A team of researchers from HSE University, the Russian Academy of Sciences Zelinsky Institute of Organic Chemistry, and Molecular Technologies, LLC have jointly proposed a new treatment for osteoarthritis. This is currently the first disease-modifying osteoarthritis drug to act simultaneously on bone and cartilage tissue metabolism and on inflammation. The study findings are published in Scientific Reports.
Osteoarthritis (OA) is one of the most common diseases affecting adults over the age of 40 worldwide. It begins with acute inflammation, usually accompanied by pain and discomfort in the knee joint. Gradually, as synovial inflammation progresses, the cartilages covering the ends of the bones in the affected joint degenerate, causing the bones to come into contact with each other. Eventually, the joint can degenerate to a point where it loses its function.
Thus, the disease is driven by two pathological processes: tissue degradation and inflammation. An effective treatment must address both aspects of OA, but most treatments available today only act on inflammation, often partially. Most drugs can only alleviate the symptoms, such as pain and swelling, but are unable to slow down the joint degeneration. In addition, many such medicines tend to have serious side effects.
Another worrying aspect of OA is that over time, it usually progresses into a chronic condition. The body begins to recruit additional inflammatory cells and activate its own, causing the joints to degenerate even faster and more severely. Certain enzymes—kinases—play a key role in this process. In particular, SYK and cSrc kinases are part of the signalling pathways that recruit and activate inflammatory cells.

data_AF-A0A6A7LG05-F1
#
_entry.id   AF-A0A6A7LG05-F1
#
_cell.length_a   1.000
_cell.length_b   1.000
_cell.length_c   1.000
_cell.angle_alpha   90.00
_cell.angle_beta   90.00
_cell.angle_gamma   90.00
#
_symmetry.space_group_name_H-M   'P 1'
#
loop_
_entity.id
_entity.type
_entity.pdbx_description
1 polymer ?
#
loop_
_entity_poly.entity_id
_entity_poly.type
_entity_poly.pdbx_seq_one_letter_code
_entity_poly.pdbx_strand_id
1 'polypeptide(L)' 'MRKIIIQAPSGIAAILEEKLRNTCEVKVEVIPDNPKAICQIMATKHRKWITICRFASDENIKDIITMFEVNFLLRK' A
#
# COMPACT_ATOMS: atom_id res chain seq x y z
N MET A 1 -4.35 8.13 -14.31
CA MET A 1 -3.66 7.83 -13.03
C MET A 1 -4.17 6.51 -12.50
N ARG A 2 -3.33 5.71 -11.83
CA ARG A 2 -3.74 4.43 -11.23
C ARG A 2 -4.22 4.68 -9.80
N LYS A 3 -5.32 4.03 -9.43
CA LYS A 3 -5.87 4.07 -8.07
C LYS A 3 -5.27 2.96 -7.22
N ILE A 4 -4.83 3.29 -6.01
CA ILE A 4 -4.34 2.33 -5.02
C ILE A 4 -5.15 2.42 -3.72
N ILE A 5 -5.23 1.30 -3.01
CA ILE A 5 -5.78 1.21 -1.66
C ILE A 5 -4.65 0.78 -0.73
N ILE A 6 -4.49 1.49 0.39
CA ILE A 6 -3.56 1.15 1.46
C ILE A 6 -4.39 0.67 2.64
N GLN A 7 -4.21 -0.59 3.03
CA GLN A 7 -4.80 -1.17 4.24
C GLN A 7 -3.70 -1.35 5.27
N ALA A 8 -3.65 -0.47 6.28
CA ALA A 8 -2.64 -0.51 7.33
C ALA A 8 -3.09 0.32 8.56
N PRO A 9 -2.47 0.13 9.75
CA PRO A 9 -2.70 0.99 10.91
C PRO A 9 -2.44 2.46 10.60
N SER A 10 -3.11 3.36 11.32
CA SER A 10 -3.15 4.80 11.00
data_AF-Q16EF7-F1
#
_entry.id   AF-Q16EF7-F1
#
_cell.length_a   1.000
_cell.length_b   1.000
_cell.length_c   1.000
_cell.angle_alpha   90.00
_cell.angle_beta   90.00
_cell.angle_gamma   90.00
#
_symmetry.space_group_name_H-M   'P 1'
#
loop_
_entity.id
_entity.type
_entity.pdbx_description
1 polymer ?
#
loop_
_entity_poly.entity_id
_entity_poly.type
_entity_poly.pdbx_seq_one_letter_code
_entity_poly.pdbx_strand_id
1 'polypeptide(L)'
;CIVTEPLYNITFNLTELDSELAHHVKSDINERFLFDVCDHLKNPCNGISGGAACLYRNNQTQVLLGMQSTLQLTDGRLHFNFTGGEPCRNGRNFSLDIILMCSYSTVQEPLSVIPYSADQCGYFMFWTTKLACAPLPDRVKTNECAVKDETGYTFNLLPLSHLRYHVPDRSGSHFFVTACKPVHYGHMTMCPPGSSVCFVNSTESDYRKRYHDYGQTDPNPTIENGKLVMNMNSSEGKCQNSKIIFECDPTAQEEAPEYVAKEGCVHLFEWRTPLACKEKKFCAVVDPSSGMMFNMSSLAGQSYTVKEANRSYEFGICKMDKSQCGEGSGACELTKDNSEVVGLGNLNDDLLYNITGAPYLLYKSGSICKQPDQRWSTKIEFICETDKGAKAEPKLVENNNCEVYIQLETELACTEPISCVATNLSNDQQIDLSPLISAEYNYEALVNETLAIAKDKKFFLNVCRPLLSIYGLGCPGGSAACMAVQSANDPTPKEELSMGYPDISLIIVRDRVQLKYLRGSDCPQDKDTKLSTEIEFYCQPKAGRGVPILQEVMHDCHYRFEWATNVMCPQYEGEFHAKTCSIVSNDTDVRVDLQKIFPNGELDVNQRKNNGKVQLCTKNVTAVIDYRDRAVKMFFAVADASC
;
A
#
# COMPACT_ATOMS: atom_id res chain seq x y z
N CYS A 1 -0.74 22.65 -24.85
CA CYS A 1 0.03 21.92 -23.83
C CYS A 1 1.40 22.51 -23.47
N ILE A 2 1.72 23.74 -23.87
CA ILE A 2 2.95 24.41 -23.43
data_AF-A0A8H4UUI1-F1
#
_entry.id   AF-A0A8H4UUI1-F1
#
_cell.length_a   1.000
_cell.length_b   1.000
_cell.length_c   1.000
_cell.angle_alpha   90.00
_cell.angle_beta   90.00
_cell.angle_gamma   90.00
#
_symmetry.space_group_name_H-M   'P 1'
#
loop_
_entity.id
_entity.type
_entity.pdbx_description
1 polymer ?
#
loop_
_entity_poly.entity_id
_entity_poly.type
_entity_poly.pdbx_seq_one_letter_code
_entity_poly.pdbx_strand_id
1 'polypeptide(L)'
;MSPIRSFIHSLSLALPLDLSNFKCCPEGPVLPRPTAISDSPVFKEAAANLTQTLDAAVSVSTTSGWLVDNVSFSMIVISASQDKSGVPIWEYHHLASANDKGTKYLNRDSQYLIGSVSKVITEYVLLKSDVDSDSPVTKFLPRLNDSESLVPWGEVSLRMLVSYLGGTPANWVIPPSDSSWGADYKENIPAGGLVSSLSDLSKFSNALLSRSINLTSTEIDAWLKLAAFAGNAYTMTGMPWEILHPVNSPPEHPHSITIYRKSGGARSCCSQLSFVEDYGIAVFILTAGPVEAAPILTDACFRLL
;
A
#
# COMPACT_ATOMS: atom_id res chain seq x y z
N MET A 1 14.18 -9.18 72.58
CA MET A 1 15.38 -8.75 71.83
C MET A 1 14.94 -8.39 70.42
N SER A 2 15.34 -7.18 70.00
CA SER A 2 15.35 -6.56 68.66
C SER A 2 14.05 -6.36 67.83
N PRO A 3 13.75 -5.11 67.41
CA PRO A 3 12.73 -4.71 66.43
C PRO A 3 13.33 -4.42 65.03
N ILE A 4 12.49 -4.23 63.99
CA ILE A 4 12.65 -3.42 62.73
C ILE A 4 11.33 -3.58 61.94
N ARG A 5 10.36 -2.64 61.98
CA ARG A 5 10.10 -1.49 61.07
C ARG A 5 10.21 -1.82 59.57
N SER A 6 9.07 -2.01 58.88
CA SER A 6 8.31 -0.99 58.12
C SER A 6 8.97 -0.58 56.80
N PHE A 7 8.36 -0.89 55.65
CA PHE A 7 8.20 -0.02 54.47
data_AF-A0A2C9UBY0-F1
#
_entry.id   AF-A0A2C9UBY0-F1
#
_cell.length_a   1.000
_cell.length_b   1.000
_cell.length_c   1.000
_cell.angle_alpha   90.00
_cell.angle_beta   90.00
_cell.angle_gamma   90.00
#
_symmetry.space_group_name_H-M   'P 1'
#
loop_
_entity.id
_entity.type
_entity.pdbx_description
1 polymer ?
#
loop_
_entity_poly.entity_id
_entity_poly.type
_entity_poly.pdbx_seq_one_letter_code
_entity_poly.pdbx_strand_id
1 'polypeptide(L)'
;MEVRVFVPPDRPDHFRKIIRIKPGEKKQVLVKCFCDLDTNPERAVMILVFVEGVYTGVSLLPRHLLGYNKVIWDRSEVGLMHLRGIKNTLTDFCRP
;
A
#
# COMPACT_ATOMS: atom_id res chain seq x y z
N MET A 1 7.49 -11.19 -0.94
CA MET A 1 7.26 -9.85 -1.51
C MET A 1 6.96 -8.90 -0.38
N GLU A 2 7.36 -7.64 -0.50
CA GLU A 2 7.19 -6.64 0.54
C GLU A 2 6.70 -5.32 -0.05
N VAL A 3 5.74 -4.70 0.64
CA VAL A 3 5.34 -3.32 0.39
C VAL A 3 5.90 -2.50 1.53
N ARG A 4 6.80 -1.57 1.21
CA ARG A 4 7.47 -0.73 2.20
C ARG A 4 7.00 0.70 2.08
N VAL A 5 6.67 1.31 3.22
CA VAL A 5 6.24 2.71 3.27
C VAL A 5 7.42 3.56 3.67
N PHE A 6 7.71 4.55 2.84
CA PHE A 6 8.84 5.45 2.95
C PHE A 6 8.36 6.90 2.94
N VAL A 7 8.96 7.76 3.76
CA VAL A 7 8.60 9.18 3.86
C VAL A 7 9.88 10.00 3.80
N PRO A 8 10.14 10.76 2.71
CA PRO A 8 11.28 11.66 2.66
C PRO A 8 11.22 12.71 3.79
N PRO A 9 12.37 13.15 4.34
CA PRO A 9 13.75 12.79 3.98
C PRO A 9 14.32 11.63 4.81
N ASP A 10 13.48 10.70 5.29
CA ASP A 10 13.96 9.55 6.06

Researchers from HSE University and the RAS Zelinsky Institute of Organic Chemistry, together with colleagues from Molecular Technologies, LLC, hypothesised that 'turning off' and inhibiting SYK and cSrc kinases could slow down or stop joint deterioration. For this purpose, they proposed using MT-SYK-03 , a small-molecule multikinase inhibitor originally developed for the treatment of rheumatoid arthritis, a more severe autoimmune disease. Both SYK and cSrc kinases have been found to play a key role in the pathogenesis of both diseases.
Originally, we were developing a treatment for rheumatoid arthritis and testing how the MT-SYK-03 molecule works. During that study, we found that this molecule inhibits two targeted kinases involved in the pathogenesis of both rheumatoid arthritis and osteoarthritis. As for other kinases, this molecule hardly affects them at all. We were really lucky, because designing a drug capable of inhibiting only a certain kinase is impossible: there is a huge number of enzymes in this category—more than 450 types, and all very similar to each other.
Based on the MT-SYK-03 molecule, a drug candidate has been developed and successfully tested in a phase-one trial on healthy volunteers to confirm its safety for humans. Before the clinical trial, experiments on mice and rats with osteoarthritis or rheumatoid arthritis demonstrated that the molecule made it possible to slow down bone degradation and even to reverse cartilage degeneration, causing cartilage tissue to regenerate.
As far as we know, this is the first drug to act on bone and cartilage tissue metabolism and to fight the inflammatory process simultaneously. Results from the phase-one trial offer hope for effective treatment of this debilitating condition. Now we are waiting for the next, phase-two trial on patients, which is expected to take about a year.
Text author: Elena Shchur